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Pediatr Dev Pathol. 2004 Jan-Feb;7(1):35-8.

Congenital diaphragmatic hernia and chromosomal anomalies: autopsy study.

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Department of Pathology, Lutheran General Hospital, 1775 Dempster Street, 5th Floor Surgical Building, Park Ridge, IL 60068, USA.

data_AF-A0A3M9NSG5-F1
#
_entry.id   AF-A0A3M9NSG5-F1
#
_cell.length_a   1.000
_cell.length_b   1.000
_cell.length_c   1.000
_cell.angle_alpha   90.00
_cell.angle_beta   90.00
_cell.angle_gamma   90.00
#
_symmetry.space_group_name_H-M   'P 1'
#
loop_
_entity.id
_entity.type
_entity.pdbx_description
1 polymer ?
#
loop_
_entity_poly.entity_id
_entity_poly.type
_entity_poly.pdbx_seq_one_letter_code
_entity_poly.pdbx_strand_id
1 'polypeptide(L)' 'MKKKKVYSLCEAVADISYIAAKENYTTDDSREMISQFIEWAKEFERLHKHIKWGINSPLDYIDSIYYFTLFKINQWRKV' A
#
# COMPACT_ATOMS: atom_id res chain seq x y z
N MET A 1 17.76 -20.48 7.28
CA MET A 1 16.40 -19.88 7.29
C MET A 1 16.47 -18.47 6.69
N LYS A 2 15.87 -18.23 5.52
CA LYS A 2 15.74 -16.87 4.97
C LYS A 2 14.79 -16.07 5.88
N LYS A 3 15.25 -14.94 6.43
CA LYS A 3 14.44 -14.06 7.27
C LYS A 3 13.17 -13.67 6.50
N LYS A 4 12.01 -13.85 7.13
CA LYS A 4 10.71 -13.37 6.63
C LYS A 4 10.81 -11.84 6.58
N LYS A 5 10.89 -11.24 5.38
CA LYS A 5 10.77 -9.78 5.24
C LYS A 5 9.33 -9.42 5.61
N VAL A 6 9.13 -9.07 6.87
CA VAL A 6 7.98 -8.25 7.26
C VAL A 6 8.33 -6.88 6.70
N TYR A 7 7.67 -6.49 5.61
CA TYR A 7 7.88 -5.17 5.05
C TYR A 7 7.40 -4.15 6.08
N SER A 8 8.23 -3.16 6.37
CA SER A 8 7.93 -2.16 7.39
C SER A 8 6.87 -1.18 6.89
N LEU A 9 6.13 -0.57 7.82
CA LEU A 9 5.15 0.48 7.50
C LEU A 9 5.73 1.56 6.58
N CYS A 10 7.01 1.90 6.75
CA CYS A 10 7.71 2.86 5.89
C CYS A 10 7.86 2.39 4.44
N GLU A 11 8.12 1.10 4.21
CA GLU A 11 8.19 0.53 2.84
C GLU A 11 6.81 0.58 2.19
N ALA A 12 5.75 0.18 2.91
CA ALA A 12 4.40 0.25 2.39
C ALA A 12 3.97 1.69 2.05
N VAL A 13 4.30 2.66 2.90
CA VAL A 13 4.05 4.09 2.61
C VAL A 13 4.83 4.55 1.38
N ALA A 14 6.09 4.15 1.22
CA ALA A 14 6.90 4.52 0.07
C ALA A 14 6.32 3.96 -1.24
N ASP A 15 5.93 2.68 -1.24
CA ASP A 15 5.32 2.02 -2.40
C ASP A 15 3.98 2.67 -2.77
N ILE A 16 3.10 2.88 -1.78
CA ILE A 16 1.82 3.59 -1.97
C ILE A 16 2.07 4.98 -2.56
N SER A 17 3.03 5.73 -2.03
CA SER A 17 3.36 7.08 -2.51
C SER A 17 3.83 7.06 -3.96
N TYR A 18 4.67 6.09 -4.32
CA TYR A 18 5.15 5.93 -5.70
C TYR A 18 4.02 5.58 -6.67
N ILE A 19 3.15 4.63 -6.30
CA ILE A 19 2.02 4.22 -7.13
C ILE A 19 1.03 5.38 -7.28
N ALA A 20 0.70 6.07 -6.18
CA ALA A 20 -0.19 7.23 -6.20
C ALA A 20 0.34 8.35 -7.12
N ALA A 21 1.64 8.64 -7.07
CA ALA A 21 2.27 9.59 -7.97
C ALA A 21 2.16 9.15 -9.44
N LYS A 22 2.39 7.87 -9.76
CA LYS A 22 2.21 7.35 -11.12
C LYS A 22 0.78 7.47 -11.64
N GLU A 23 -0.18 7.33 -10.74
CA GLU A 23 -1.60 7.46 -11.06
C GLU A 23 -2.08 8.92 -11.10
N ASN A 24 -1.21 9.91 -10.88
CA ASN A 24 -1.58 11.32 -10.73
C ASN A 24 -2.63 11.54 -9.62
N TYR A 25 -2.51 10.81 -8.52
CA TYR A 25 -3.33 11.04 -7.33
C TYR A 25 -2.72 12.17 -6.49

In a 10-year review of autopsy records from Lutheran General Hospital (1992-2002), 13 cases of congenital diaphragmatic hernia (CDH) were found. The fetuses ranged between 21 and 35 wk of gestation. Four were born alive and five were diagnosed prenatally. The defect was left-sided in 11 cases. Cytogenetic study revealed five cases with normal karyotype and three cases with complex karyotypes. In five cases, no karyotype was performed. The three complex karyotypes were: 46,XX,del(8)(p23.1), 47,XX, +i(12)(p10)[6]/46XX[14] (Pallister-Killian syndrome), and 47,XY,+der(22)t(11:22) (q23.3:q11.2). The unbalanced translocation of chromosomes 11 and 22 in congenital diaphragmatic hernia has not been previously described. Three fetuses had heart abnormalities, including one which was associated with the 8p deletion. The other two had no karyotype study. Neither in this study, nor in the literature, is there a consistent or prevailing association between a specific chromosomal anomaly and CDH. The embryologic closure of the diaphragmatic leaflets may be mediated by a nonstructural chromosomal defect, more than one gene, and/or may be related to abnormalities not currently detectable.

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